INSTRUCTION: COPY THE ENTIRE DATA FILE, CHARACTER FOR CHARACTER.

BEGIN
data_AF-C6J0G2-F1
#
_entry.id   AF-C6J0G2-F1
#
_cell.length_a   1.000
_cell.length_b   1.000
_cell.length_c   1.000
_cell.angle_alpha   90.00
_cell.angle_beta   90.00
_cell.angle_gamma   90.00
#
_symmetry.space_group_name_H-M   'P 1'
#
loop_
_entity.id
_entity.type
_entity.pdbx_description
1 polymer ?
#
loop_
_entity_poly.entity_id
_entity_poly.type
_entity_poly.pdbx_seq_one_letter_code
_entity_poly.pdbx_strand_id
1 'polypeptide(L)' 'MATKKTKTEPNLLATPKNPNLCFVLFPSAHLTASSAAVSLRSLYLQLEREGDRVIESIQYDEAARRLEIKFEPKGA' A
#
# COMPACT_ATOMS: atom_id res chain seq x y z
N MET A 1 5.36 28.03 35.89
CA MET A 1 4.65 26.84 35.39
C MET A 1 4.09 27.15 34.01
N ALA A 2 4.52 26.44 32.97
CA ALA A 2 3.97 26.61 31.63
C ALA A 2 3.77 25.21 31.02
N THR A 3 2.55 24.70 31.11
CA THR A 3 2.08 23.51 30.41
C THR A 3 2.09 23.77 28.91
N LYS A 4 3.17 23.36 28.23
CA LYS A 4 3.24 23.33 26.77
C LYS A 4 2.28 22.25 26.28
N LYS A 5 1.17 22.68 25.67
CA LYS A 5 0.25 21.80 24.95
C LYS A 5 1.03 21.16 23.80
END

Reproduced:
data_AF-C6J0G2-F1
#
_entry.id   AF-C6J0G2-F1
#
_cell.length_a   1.000
_cell.length_b   1.000
_cell.length_c   1.000
_cell.angle_alpha   90.00
_cell.angle_beta   90.00
_cell.angle_gamma   90.00
#
_symmetry.space_group_name_H-M   'P 1'
#
loop_
_entity.id
_entity.type
_entity.pdbx_description
1 polymer ?
#
loop_
_entity_poly.entity_id
_entity_poly.type
_entity_poly.pdbx_seq_one_letter_code
_entity_poly.pdbx_strand_id
1 'polypeptide(L)' 'MATKKTKTEPNLLATPKNPNLCFVLFPSAHLTASSAAVSLRSLYLQLEREGDRVIESIQYDEAARRLEIKFEPKGA' A
#
# COMPACT_ATOMS: atom_id res chain seq x y z
N MET A 1 5.36 28.03 35.89
CA MET A 1 4.65 26.84 35.39
C MET A 1 4.09 27.15 34.01
N ALA A 2 4.52 26.44 32.97
CA ALA A 2 3.97 26.61 31.63
C ALA A 2 3.77 25.21 31.02
N THR A 3 2.55 24.70 31.11
CA THR A 3 2.08 23.51 30.41
C THR A 3 2.09 23.77 28.91
N LYS A 4 3.17 23.36 28.23
CA LYS A 4 3.24 23.33 26.77
C LYS A 4 2.28 22.25 26.28
N LYS A 5 1.17 22.68 25.67
CA LYS A 5 0.25 21.80 24.95
C LYS A 5 1.03 21.16 23.80